35,260
2–0
3 June 4 @ Portland W 85–63 Jaren Jackson (19) David Robinson (9) Avery Johnson (8) Rose Garden
20,732
3–0
4 June 6 @ Portland W 94–80 David Robinson (20) David Robinson (10) Avery Johnson (6) Rose Garden
20,735
4–0
NBA Finals: 4–1 (home: 2–0; road: 2–1)
Game Date Team Score High points High rebounds High assists Location
Attendance
Series
1 June 16 New York W 89–77 Tim Duncan (33) Tim Duncan (16) Avery Johnson (8) Alamodome
39,514
1–0
2 June 18 New York W 80–67 Tim Duncan (25) Tim Duncan (15) Avery Johnson (5) Alamodome
39,554
2–0
3 June 21 @ New York L 81–89 David Robinson (25) Tim Duncan (12) Avery Johnson (4) Madison Square Garden
19,763
2–1
4 June 23 @ New York W 96–89 Tim Duncan (28) Tim Duncan (18) Avery Johnson (10) Madison Square Garden
19,763
3–1
5 June 25 @ New York W 78–77 Tim Duncan (31) David Robinson (12) Avery Johnson (9) Madison Square Garden
19,763
4–1
1999 schedule

Player stats

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Legend
  GP Games played   GS  Games started  MPG  Minutes per game
 FG%  Field-goal percentage  3P%  3-point field-goal percentage  FT%  Free-throw percentage
 RPG  Rebounds per game  APG  Assists per game  SPG  Steals per game
 BPG  Blocks per game  PPG  Points per game

Regular season

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Player GP GS MPG FG% 3P% FT% RPG APG SPG BPG PPG
Antonio Daniels 47 0 13.1 .454 .294 .754 1.1 2.3 .64 .13 4.7
Tim Duncan 50 50 39.3 .495 .143 .690 11.4 2.4 .90 2.52 21.7
Mario Elie 47 37 27.5 .471 .374 .866 2.9 1.9 .98 .26 9.7
Sean Elliott 50 50 30.2 .410 .328 .757 4.3 2.3 .52 .34 11.2
Andrew Gaze 19 0 3.1 .320 .313 .000 .3 .3 .11 .05 1.1
Jaren Jackson 47 13 18.3 .380 .361 .821 2.1 1.0 .87 .19 6.4
Avery Johnson 50 50 33.4 .473 .083 .568 2.4 7.4 1.02 .22 9.7
Steve Kerr 44 0 16.7 .391 .313 .886 1.0 1.1 .52 .07 4.4
Jerome Kersey 45 0 15.5 .340 .214 .429 2.9 .9 .82 .31 3.2
Gerard King 19 0 3.3 .429 .000 .611 .7 .2 .11 .05 1.2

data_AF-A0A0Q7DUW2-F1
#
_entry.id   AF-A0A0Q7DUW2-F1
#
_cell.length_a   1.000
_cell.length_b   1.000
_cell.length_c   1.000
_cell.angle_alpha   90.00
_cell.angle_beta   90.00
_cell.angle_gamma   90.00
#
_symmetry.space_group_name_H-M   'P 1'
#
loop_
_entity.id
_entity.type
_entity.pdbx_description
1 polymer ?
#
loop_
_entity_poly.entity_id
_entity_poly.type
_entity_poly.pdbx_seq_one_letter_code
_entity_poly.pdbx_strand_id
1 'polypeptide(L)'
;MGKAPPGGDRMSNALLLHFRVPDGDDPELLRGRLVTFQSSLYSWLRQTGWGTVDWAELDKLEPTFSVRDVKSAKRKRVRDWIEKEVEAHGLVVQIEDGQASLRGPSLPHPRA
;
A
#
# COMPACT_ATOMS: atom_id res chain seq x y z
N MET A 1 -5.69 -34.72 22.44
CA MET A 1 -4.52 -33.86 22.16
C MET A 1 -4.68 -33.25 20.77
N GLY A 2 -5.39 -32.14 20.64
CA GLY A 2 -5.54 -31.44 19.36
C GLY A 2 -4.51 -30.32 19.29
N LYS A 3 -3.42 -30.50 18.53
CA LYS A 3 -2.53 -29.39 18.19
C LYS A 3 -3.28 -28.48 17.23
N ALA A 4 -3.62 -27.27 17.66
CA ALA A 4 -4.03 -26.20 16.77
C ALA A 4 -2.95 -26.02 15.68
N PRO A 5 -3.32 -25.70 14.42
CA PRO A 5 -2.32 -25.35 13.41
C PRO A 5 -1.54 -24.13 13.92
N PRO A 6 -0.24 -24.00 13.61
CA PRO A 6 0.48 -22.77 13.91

Will Perdue 37 1 12.0 .633 .000 .538 3.7 .5 .24 .27 2.4
David Robinson 49 49 31.7 .509 .000 .658 10.0 2.1 1.41 2.43 15.8
Malik Rose 47 0 12.9 .463 .000 .671 3.9 .6 .85 .47 6.0
Brandon Williams 3 0 1.3 .000 .000 .500 .3 .0 .00 .00 .7

Playoffs

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Player GP GS MPG FG% 3P% FT% RPG APG SPG BPG PPG
Antonio Daniels 15 0 7.1 .429 .667 .833 .7 1.1 .27 .00 1.8
Tim Duncan 17 17 43.1 .511 .000 .748 11.5 2.8 .76 2.65 23.2
Mario Elie 17 17 30.9 .384 .267 .837 3.5 2.9 1.29 .12 7.9
Sean Elliott 17 17 33.8 .444 .400 .763 3.4 2.6 .53 .24 11.9
Jaren Jackson 17 0 20.3 .382 .360 .692 2.4 1.1 .76 .00 8.2
Avery Johnson 17 17 38.4 .487 .333 .681 2.5 7.4 1.18 .06 12.6
Steve Kerr 11 0 8.8 .267 .231 .833 .8 .7 .18 .00 2.2
Jerome Kersey 14 0 10.9 .349 .250 .714 2.1 .3 .43 .07 2.6
Gerard King 8 0 1.8 .500 .000 .000 .5 .1 .00 .12 .5
Will Perdue 12 0 7.2 .545 .000 .500 2.3 .0 .00 .08 1.1
David Robinson 17 17 35.3 .483 .000 .722 9.9 2.5 1.65 2.35 15.6
Malik Rose 17 0 11.4 .368 .000 .692 2.3 .2 .41 .24 2.7

NBA Finals

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The 1999 NBA Finals saw some firsts for both the Spurs and the opposing New York Knicks.

The Spurs:

  • Became the first former ABA team to play and win in an NBA Finals. (This feat would be duplicated by the Denver Nuggets in 2023.)
  • Attracted record crowds for the two games at the Alamodome. Attendance was 39,514 for Game 1 and 39,554 for Game 2 (the largest crowd to see an NBA Finals game).
  • Steve Kerr became the first non-Celtic to win four straight championships, as he won titles with the Bulls from 1996 to 1998.

The Knicks became the first 8th seed to ever play in an NBA Finals. (This feat would be duplicated by the Miami Heat in 2023.)

Summary

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The following scoring summary is written in a line score format, except that the quarter numbers are replaced by game numbers.

Team Game 1 Game 2 Game 3 Game 4 Game 5 Wins
San Antonio (West) 89 80 81 96 78 4
New York (East) 77 67 89 89 77 1

With time running out in Game 5, and the 1999 championship on the line, the Spurs looked to Avery Johnson as he hit a long clutch 2 from the corner with 47 seconds to go, giving the Spurs a 1-point lead. It was considered one of the franchise's best moments since the first 26 years in San Antonio.

Schedule

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The Finals were played using a 2-3-2 site format, where the first two and last two games are held at the team with home court advantage. The NBA, after experimenting in the early years, restored this original format for the Finals in 1985. So far, the other playoff series are still running on a 2-2-1-1-1 site format.

Award winners

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References